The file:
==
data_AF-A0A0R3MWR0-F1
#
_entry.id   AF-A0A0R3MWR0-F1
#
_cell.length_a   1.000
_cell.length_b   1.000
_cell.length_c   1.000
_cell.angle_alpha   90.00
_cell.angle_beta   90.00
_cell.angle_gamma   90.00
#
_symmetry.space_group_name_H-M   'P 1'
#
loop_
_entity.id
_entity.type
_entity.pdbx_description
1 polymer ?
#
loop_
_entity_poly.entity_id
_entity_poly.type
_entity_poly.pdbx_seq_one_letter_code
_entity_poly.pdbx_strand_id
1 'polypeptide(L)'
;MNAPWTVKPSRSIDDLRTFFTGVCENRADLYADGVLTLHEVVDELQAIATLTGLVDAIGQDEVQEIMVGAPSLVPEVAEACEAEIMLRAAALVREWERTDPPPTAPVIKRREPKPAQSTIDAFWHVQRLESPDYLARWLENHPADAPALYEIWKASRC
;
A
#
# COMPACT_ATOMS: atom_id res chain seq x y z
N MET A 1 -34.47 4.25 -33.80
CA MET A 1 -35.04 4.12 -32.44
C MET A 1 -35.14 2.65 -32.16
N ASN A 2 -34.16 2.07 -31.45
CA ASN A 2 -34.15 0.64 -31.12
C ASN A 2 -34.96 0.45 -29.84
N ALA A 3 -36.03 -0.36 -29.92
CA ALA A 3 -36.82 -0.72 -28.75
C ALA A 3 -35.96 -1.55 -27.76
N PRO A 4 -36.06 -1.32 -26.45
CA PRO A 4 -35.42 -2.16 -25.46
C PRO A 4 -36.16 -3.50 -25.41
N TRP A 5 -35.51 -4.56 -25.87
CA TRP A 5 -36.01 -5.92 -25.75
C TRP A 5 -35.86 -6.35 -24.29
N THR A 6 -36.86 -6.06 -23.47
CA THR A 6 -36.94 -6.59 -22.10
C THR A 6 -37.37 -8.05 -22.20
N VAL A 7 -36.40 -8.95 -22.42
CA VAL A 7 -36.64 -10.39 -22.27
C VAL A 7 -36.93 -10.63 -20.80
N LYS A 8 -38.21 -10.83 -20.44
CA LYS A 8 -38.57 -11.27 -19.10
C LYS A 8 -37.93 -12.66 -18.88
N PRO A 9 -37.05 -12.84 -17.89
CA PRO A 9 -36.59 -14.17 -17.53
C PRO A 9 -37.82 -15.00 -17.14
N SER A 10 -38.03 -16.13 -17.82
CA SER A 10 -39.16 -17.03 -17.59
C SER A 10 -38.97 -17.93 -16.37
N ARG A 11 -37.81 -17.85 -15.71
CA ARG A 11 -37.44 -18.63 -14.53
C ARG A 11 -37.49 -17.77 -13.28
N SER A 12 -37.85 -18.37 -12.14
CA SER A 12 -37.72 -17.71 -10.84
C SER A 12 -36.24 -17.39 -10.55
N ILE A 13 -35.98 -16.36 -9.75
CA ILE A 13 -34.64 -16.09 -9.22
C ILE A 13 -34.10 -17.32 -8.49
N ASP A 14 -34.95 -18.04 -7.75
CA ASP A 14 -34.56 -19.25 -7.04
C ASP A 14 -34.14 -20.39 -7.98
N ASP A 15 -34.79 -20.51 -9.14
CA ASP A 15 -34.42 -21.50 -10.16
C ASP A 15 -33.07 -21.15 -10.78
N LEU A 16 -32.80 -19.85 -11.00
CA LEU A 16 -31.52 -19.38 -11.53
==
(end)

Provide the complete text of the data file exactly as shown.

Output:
data_AF-A0A0R3MWR0-F1
#
_entry.id   AF-A0A0R3MWR0-F1
#
_cell.length_a   1.000
_cell.length_b   1.000
_cell.length_c   1.000
_cell.angle_alpha   90.00
_cell.angle_beta   90.00
_cell.angle_gamma   90.00
#
_symmetry.space_group_name_H-M   'P 1'
#
loop_
_entity.id
_entity.type
_entity.pdbx_description
1 polymer ?
#
loop_
_entity_poly.entity_id
_entity_poly.type
_entity_poly.pdbx_seq_one_letter_code
_entity_poly.pdbx_strand_id
1 'polypeptide(L)'
;MNAPWTVKPSRSIDDLRTFFTGVCENRADLYADGVLTLHEVVDELQAIATLTGLVDAIGQDEVQEIMVGAPSLVPEVAEACEAEIMLRAAALVREWERTDPPPTAPVIKRREPKPAQSTIDAFWHVQRLESPDYLARWLENHPADAPALYEIWKASRC
;
A
#
# COMPACT_ATOMS: atom_id res chain seq x y z
N MET A 1 -34.47 4.25 -33.80
CA MET A 1 -35.04 4.12 -32.44
C MET A 1 -35.14 2.65 -32.16
N ASN A 2 -34.16 2.07 -31.45
CA ASN A 2 -34.15 0.64 -31.12
C ASN A 2 -34.96 0.45 -29.84
N ALA A 3 -36.03 -0.36 -29.92
CA ALA A 3 -36.82 -0.72 -28.75
C ALA A 3 -35.96 -1.55 -27.76
N PRO A 4 -36.06 -1.32 -26.45
CA PRO A 4 -35.42 -2.16 -25.46
C PRO A 4 -36.16 -3.50 -25.41
N TRP A 5 -35.51 -4.56 -25.87
CA TRP A 5 -36.01 -5.92 -25.75
C TRP A 5 -35.86 -6.35 -24.29
N THR A 6 -36.86 -6.06 -23.47
CA THR A 6 -36.94 -6.59 -22.10
C THR A 6 -37.37 -8.05 -22.20
N VAL A 7 -36.40 -8.95 -22.42
CA VAL A 7 -36.64 -10.39 -22.27
C VAL A 7 -36.93 -10.63 -20.80
N LYS A 8 -38.21 -10.83 -20.44
CA LYS A 8 -38.57 -11.27 -19.10
C LYS A 8 -37.93 -12.66 -18.88
N PRO A 9 -37.05 -12.84 -17.89
CA PRO A 9 -36.59 -14.17 -17.53
C PRO A 9 -37.82 -15.00 -17.14
N SER A 10 -38.03 -16.13 -17.82
CA SER A 10 -39.16 -17.03 -17.59
C SER A 10 -38.97 -17.93 -16.37
N ARG A 11 -37.81 -17.85 -15.71
CA ARG A 11 -37.44 -18.63 -14.53
C ARG A 11 -37.49 -17.77 -13.28
N SER A 12 -37.85 -18.37 -12.14
CA SER A 12 -37.72 -17.71 -10.84
C SER A 12 -36.24 -17.39 -10.55
N ILE A 13 -35.98 -16.36 -9.75
CA ILE A 13 -34.64 -16.09 -9.22
C ILE A 13 -34.10 -17.32 -8.49
N ASP A 14 -34.95 -18.04 -7.75
CA ASP A 14 -34.56 -19.25 -7.04
C ASP A 14 -34.14 -20.39 -7.98
N ASP A 15 -34.79 -20.51 -9.14
CA ASP A 15 -34.42 -21.50 -10.16
C ASP A 15 -33.07 -21.15 -10.78
N LEU A 16 -32.80 -19.85 -11.00
CA LEU A 16 -31.52 -19.38 -11.53